By Michelle Hough, communications officer for Caritas Internationalis
I’m thinking about how I really should buy a pair of warm boots. My feet are freezing. I’m standing in a tent in L’Aquila, the central Italian town where a 6.3 magnitude earthquake killed over 300 people in April and left over 65,000 people homeless. The drafty blue tent is someone’s home.
Maria Olga, 76, and her two sons have been living in the temporary shelter on the edge of a sports field for seven months. A wheelchair sits between two beds because Maria Olga can’t walk very far. She looks very fragile. There is a stove so they can cook instead of going to the nearby canteen, where “there is always a queue”. As the tent walls shake in the icy mountain wind I wonder how on earth they manage to live in such conditions.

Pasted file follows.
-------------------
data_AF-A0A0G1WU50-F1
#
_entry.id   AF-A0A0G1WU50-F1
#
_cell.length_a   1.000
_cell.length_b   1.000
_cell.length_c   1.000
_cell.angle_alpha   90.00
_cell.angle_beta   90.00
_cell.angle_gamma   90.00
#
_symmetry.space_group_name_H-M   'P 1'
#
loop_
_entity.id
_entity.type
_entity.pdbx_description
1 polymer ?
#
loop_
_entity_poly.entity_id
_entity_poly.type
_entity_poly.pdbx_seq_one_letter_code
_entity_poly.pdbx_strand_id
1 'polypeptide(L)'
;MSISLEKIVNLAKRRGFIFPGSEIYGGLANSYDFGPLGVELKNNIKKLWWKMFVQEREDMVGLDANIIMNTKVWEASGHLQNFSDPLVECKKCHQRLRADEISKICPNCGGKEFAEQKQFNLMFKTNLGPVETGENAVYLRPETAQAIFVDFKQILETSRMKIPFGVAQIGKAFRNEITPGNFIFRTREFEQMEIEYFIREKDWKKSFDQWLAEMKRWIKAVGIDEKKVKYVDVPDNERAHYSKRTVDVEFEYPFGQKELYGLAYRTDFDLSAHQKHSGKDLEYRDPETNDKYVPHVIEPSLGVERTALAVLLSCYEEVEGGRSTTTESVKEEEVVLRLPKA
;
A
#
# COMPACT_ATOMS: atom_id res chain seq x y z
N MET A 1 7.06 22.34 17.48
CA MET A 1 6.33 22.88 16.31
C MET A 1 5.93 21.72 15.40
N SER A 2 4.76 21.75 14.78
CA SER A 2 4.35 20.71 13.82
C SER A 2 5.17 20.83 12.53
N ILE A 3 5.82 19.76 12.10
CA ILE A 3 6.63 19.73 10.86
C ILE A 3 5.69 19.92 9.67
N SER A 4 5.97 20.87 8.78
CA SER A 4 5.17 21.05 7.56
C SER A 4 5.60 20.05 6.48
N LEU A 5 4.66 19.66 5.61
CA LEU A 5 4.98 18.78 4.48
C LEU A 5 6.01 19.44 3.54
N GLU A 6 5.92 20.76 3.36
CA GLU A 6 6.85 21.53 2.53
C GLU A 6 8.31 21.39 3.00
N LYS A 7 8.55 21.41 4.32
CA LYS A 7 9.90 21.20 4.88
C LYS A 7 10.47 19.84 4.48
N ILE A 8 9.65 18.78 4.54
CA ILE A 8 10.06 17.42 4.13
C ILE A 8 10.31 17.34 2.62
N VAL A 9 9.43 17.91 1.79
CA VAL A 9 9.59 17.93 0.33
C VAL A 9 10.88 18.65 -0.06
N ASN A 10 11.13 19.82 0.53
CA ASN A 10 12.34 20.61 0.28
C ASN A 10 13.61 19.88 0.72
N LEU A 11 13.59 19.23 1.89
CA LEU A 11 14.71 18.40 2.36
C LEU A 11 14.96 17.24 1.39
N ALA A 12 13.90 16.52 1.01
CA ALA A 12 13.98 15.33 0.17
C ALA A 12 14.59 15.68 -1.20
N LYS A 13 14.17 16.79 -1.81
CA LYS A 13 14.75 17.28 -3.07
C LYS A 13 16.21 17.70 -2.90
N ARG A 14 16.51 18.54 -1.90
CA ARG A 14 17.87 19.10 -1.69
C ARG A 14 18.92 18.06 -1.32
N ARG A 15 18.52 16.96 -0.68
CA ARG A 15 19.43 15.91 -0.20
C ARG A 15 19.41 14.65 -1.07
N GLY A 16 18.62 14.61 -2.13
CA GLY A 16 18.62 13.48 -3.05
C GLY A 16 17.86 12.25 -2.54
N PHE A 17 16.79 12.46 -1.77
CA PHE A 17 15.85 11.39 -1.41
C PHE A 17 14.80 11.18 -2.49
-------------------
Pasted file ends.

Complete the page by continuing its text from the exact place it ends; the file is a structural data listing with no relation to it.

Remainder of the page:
“They’ve left us with two toilets and two showers which don’t work properly. When you turn them on, ice cubes come out,” jokes Sandro Cicerone, who also lives in the camp which is made up of around 20 tents. Continue reading